What's the Best Sleep Position for You?

Public Domain. Henry Meynell Rheam (Sleeping Beauty, 1899)

Only 8 percent of people sleep in the healthiest position for slumber.

In which position do you sleep? Chances are you sleep like a baby – as in the fetal position, not the idiom – as that is the most popular of the four main positions. But is that the best one for you?

Too many people don't get enough sleep – and while there are a lot of more urgent-sounding diseases out there, there is also an epidemic of sleep deprivation that deserves attention. As the Independent points out, "a 'catastrophic sleep-loss epidemic' is causing a host of potentially fatal diseases." Sleep not only improves thinking, focus and reflexes, but according to the National Institutes of Health, a lack of sleep increases the risk for obesity, heart disease and infections. “Sleep affects almost every tissue in our bodies,” says Dr. Michael Twery, a sleep expert at NIH. “It affects growth and stress hormones, our immune system, appetite, breathing, blood pressure and cardiovascular health.”

The cost of and resources used in treating the ill effects of sleep deprivation are astronomical; add in the annual $63.2 billion in lost productivity due to insomnia in the United States, and it becomes clear that this is a much bigger issue that a few people feeling tired.

And all of that is a long way of getting to the point (sorry), which is, maybe trying a new sleep position will help you sleep better!

The National Sleep Foundation (NSF) writes about the importance of a good sleeping position, noting that poor p.m. posture could "potentially cause back and neck pain, fatigue, sleep apnea, muscle cramping, impaired circulation, headaches, heartburn, tummy troubles, and even premature wrinkles." Which can all lead to a poor night's sleep. Here are the pros and cons of each.

In the fetal position

On your side, loosely curled, is the most popular sleeping posture – 41 percent of adults opt to sleep in this position. This is a great way to sleep if you are pregnant, notes the NSF, "because it improves circulation in your body and in the fetus, and it prevents your uterus from pressing against your liver, which is on your right side." It is also good for snorers.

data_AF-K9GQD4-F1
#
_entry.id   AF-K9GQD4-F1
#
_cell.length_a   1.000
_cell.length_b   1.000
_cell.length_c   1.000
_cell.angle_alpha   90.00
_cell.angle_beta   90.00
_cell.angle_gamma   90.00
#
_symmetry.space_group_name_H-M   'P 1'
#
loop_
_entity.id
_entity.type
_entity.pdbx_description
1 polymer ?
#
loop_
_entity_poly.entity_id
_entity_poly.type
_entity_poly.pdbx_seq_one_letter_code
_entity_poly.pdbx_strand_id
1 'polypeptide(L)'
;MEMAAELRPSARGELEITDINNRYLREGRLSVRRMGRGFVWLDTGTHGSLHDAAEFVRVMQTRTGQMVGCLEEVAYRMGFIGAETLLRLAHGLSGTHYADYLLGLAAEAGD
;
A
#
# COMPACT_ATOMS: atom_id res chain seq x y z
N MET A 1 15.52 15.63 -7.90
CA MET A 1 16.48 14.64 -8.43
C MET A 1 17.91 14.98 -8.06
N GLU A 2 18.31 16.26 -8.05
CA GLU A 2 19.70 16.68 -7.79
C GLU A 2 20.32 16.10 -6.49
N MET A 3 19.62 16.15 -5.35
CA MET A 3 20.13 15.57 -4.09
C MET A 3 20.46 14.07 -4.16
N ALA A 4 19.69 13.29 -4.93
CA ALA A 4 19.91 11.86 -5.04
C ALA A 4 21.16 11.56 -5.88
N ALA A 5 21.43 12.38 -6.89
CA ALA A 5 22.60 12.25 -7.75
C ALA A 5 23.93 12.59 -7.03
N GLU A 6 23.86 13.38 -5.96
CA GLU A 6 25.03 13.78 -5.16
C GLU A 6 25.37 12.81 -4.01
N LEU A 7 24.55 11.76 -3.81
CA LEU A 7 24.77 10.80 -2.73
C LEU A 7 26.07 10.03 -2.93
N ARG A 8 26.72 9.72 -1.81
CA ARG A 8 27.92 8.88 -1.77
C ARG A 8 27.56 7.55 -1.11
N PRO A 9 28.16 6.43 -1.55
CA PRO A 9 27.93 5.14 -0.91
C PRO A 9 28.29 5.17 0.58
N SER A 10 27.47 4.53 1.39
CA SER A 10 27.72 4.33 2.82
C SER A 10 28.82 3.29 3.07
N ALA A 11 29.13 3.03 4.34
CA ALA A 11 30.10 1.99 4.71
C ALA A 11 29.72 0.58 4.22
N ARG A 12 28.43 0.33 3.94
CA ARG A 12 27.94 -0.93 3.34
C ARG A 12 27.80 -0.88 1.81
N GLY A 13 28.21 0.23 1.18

• Curled up too tightly can restrict breathing in your diaphragm.
• Curled up too tightly can also make you feel sore in the morning, especially if you have arthritis. Try to loosen up your curl; likewise, placing a pillow between your knees can help reduce pressure on your hip joints.

On your side

On the side, but not curled up, is how 15 percent of us sleep. This position has some advantages, including a reduction of acid reflux. It also elongates the spine and helps ease back and neck pain. Since it keeps the airways open, it is good for reducing snoring and sleep apnea.

• With one side of the face pressed against the pillow, it can lead to wrinkles. (Though I'm guessing that a good night's sleep helps to decease wrinkles.)

On your stomach

Seven percent of people sleep on their tummies. It is good for reducing snoring; it is not good for most everything else.

• It can lead to back and neck pain, since it’s hard to keep your spine in a neutral position.
• Pressure on the muscles and joints can lead to numbness, tingling, aches, and irritated nerves.

If this is really the only way you can sleep, try it facedown, rather than with your face turned to the side, with your forehead propped up on a pillow so you can, you know, breathe.

On your back

Only eight percent of people sleep on their backs, even though NSF says that it is the best way to sleep. They write: "By far the healthiest option for most people, sleeping on your back allows your head, neck, and spine to rest in a neutral position. This means that there’s no extra pressure on those areas, so you’re less likely to experience pain. Sleeping facing the ceiling is also ideal for warding off acid reflux."

• If you don't use a pillow, food or acid from may find their way up your digestive tract if your stomach isn't lower than your esophagus.
• If you have sleep apnea, sleeping on the back may cause the tongue to block the breathing tube, which isn't a good idea.
• If you want to reduce snoring, this might not be the best position since it can make it more severe.

Unfortunately, this doesn't cover my sleep position: the ol' side-fetal-stomach combo. Maybe I will scrap them all and try sleeping on my back. If it worked for Sleeping Beauty, it can't be all that bad.